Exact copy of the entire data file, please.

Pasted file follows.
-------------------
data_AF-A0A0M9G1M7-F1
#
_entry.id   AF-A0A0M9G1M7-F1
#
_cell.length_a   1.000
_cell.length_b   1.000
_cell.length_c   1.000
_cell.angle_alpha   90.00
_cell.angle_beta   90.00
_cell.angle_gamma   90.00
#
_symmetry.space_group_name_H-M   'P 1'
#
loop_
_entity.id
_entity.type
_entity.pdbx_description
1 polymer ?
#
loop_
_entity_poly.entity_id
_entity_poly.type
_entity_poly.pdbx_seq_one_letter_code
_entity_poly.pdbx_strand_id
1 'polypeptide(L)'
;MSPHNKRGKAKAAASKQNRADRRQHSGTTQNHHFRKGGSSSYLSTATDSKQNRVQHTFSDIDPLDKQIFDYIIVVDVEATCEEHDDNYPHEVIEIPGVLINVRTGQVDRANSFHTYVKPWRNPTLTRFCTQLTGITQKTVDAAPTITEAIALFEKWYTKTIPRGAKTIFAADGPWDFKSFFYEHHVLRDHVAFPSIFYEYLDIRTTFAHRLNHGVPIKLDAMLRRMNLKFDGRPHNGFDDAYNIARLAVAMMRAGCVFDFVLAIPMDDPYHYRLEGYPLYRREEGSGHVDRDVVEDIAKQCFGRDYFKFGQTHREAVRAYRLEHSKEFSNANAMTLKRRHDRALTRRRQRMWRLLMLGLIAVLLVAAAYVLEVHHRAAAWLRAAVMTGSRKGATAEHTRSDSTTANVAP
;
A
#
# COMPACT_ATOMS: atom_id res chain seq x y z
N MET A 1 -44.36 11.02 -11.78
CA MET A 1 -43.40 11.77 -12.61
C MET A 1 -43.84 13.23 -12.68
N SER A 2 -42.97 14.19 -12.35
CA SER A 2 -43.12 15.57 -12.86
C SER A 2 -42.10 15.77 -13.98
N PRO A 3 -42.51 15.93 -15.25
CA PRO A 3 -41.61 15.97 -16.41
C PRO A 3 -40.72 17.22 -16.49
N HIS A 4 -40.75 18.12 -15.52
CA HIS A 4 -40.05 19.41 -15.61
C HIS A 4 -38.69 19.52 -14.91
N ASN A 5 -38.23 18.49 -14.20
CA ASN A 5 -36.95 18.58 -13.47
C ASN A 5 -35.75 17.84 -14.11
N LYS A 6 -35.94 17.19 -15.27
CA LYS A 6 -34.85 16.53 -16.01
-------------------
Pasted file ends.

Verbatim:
data_AF-A0A0M9G1M7-F1
#
_entry.id   AF-A0A0M9G1M7-F1
#
_cell.length_a   1.000
_cell.length_b   1.000
_cell.length_c   1.000
_cell.angle_alpha   90.00
_cell.angle_beta   90.00
_cell.angle_gamma   90.00
#
_symmetry.space_group_name_H-M   'P 1'
#
loop_
_entity.id
_entity.type
_entity.pdbx_description
1 polymer ?
#
loop_
_entity_poly.entity_id
_entity_poly.type
_entity_poly.pdbx_seq_one_letter_code
_entity_poly.pdbx_strand_id
1 'polypeptide(L)'
;MSPHNKRGKAKAAASKQNRADRRQHSGTTQNHHFRKGGSSSYLSTATDSKQNRVQHTFSDIDPLDKQIFDYIIVVDVEATCEEHDDNYPHEVIEIPGVLINVRTGQVDRANSFHTYVKPWRNPTLTRFCTQLTGITQKTVDAAPTITEAIALFEKWYTKTIPRGAKTIFAADGPWDFKSFFYEHHVLRDHVAFPSIFYEYLDIRTTFAHRLNHGVPIKLDAMLRRMNLKFDGRPHNGFDDAYNIARLAVAMMRAGCVFDFVLAIPMDDPYHYRLEGYPLYRREEGSGHVDRDVVEDIAKQCFGRDYFKFGQTHREAVRAYRLEHSKEFSNANAMTLKRRHDRALTRRRQRMWRLLMLGLIAVLLVAAAYVLEVHHRAAAWLRAAVMTGSRKGATAEHTRSDSTTANVAP
;
A
#
# COMPACT_ATOMS: atom_id res chain seq x y z
N MET A 1 -44.36 11.02 -11.78
CA MET A 1 -43.40 11.77 -12.61
C MET A 1 -43.84 13.23 -12.68
N SER A 2 -42.97 14.19 -12.35
CA SER A 2 -43.12 15.57 -12.86
C SER A 2 -42.10 15.77 -13.98
N PRO A 3 -42.51 15.93 -15.25
CA PRO A 3 -41.61 15.97 -16.41
C PRO A 3 -40.72 17.22 -16.49
N HIS A 4 -40.75 18.12 -15.52
CA HIS A 4 -40.05 19.41 -15.61
C HIS A 4 -38.69 19.52 -14.91
N ASN A 5 -38.23 18.49 -14.20
CA ASN A 5 -36.95 18.58 -13.47
C ASN A 5 -35.75 17.84 -14.11
N LYS A 6 -35.94 17.19 -15.27
CA LYS A 6 -34.85 16.53 -16.01